As you grow older, certain benefits become a necessity since age, disability, retirement, and other issues that arise in your later years can all be costly. Planning to meet those expenses and needs is absolutely crucial to estate and disability planning.

Help is available through Medicare and Medicaid, but only if you qualify for them and—in some cases—if you are able to pay for them. Medicare and Medicaid trust planning helps you prepare for just that. To set up these trusts, you need the assistance of elder law experts. Hart & David attorneys provide you with the guidance you need to make fully functional plans.

Medicare vs. Medicaid

Simply put, Medicare is a government-provided health insurance plan for the disabled or elderly. There are no asset limits to qualify, but there are a number of things Medicare won’t cover, such as prolonged stays in a nursing home.

Medicaid, on the other hand, is a federal and state program that provides coverage for low-income families and individuals and will pay for some items that Medicare will not. However, to qualify for Medicaid, your countable assets must be under a certain limit.

Medicaid and Medicare Asset Limits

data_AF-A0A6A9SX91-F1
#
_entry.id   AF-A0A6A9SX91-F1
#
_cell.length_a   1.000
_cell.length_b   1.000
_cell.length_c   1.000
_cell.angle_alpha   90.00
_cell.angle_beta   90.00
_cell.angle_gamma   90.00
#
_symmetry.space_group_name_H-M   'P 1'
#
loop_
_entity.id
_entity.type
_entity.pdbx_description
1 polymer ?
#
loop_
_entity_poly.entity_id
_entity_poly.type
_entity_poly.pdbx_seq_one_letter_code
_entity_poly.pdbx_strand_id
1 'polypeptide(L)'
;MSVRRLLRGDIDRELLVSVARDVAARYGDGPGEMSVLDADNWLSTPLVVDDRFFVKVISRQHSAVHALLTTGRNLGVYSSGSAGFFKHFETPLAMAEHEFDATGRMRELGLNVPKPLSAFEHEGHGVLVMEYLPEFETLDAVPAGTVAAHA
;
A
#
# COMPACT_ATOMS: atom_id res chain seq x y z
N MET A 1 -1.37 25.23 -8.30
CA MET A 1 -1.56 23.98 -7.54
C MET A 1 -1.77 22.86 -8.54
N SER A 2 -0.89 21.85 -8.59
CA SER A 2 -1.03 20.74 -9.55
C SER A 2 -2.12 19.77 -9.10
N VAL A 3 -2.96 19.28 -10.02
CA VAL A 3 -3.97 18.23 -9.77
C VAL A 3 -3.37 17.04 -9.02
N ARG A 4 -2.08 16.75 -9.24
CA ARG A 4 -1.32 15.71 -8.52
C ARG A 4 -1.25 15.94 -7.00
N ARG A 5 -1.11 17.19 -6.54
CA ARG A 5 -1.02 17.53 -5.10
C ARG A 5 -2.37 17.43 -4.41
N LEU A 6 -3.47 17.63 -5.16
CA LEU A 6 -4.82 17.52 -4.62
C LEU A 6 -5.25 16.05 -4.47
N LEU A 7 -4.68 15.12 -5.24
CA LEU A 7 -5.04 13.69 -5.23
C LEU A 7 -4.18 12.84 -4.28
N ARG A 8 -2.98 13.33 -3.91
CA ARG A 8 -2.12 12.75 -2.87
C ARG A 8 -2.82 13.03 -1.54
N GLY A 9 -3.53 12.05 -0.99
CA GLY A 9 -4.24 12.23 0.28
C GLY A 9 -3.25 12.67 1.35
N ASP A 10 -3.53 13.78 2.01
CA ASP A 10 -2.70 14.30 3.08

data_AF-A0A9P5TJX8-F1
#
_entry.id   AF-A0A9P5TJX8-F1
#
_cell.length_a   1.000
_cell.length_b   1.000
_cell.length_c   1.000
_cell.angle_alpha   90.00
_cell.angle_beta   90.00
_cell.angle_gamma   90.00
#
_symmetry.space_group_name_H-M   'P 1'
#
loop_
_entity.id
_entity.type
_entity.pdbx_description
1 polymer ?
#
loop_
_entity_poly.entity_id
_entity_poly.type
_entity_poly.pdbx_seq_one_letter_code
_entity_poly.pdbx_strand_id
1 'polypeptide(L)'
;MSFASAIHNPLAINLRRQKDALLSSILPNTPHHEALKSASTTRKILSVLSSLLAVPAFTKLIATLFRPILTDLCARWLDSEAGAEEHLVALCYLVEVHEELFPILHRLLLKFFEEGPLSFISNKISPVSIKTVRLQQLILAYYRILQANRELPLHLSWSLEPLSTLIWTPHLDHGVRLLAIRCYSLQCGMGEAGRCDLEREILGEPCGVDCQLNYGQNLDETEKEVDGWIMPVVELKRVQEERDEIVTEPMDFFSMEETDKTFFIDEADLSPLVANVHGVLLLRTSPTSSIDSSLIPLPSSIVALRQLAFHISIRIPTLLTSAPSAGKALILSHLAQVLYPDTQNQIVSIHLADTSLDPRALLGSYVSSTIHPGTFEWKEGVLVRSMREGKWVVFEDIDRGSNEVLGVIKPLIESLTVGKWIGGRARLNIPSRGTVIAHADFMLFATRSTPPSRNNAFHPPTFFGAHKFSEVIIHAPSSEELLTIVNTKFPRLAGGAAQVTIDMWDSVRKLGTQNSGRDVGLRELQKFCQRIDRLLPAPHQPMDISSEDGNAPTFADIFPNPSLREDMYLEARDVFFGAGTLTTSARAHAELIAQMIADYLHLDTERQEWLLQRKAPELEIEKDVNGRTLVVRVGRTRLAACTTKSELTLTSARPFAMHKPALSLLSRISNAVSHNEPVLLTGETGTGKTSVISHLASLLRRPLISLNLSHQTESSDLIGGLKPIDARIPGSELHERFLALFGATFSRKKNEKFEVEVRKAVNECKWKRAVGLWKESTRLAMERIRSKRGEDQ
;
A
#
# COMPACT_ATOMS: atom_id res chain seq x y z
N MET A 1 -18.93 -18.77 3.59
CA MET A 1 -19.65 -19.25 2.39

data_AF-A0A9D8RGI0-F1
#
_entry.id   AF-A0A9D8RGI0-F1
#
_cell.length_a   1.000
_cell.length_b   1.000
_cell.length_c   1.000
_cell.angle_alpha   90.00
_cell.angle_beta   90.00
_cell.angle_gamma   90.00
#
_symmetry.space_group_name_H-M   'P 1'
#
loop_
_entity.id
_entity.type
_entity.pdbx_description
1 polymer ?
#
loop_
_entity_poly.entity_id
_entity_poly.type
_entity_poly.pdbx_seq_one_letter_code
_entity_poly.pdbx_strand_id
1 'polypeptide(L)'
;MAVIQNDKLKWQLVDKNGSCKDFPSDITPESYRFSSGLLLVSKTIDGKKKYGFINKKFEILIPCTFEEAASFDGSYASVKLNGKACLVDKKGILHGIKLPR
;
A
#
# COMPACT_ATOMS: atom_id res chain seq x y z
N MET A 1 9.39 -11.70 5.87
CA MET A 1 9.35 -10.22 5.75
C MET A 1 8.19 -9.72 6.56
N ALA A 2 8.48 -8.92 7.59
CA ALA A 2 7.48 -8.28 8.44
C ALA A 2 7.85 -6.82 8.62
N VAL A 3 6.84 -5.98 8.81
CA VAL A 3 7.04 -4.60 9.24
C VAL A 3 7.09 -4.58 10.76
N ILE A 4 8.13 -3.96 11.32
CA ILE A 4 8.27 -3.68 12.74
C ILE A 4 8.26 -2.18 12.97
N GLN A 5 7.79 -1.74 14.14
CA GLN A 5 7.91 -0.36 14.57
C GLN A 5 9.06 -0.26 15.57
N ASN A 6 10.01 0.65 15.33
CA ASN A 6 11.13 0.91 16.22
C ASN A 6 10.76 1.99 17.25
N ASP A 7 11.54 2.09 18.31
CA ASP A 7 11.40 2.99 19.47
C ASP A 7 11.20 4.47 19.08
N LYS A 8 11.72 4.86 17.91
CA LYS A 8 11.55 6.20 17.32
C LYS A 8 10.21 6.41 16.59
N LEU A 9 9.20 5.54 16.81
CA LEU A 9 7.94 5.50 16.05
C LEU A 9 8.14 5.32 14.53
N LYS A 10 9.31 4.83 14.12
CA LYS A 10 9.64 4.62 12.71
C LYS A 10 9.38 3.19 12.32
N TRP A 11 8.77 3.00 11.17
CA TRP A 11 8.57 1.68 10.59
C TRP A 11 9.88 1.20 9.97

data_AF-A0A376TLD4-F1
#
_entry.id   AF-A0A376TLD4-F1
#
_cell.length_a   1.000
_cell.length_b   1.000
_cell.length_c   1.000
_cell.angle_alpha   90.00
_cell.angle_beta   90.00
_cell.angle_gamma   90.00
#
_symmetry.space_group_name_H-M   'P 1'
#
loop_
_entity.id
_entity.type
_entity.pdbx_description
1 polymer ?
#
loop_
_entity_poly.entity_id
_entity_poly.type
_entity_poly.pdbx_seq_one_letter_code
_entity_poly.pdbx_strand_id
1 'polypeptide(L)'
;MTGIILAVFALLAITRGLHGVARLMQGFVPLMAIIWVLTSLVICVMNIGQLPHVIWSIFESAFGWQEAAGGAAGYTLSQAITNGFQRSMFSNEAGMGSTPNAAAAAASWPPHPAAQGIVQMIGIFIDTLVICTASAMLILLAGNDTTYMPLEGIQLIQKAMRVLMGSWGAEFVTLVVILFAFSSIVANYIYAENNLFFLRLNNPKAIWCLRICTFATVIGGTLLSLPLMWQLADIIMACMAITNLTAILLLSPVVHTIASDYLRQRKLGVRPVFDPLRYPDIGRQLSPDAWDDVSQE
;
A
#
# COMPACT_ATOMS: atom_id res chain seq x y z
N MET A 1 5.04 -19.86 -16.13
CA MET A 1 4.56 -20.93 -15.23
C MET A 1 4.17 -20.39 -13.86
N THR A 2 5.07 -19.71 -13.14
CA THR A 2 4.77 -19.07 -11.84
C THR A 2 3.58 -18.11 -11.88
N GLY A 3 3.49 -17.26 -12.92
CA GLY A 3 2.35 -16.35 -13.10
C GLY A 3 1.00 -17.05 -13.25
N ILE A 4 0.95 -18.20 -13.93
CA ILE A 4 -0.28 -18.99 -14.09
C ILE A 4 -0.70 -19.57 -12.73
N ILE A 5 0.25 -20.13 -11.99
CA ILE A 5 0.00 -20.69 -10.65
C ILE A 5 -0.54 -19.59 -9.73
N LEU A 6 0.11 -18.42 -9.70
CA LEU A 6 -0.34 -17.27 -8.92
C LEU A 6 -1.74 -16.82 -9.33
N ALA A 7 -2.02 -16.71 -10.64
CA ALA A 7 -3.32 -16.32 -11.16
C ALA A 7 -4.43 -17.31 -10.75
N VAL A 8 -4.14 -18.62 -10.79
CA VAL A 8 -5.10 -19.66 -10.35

Medicare has no asset limits to qualify for the actual insurance plan. However, qualification for the Medicare Savings Program (MSP), which helps pay for Medicare premiums, does. The countable assets considered in qualifying for the MSP include stocks, bonds, and checking/savings account funds. They do not count such assets as your home, car, burial expense funds, furniture, and other personal property.

Medicaid requires that the value of your countable assets be kept under a certain limit. There are a number of ways for a Medicaid applicant to reduce the assets that fall within the required limits. These include:

  • Spending down, or spending assets until you fall under the limit
  • Setting up a trust to effectively remove property from your countable assets

Setting up a trust will allow you to pass on a portion of your estate to your heirs without disqualifying yourself from Medicaid. However, in order to work, it must be set up a certain way.

Structuring a Medicaid Trust

The purpose of setting up an irrevocable trust is to remove assets from your estate. In other words, while you may still benefit from the assets placed into the trust, you do not actually own the principal assets themselves. In order to help you qualify for Medicaid, your trust must be set up in a certain way.

Other types of trusts may also provide you with income while allowing you to fall within Medicaid eligibility limits. These include testamentary trusts and supplemental needs trusts. Again, these each need to be structured a certain way to ensure your eligibility for Medicaid. Setting this up requires knowledge of the laws and regulations in place on Medicaid, asset transfers, and trust structuring.

Obtaining Legal Assistance

Hart & David provides the expertise in elder law to help you with your Medicaid and Medicare trust planning. We can counsel you on the options you should take and help you implement them in a way that satisfies your needs. For a free consultation, contact us today.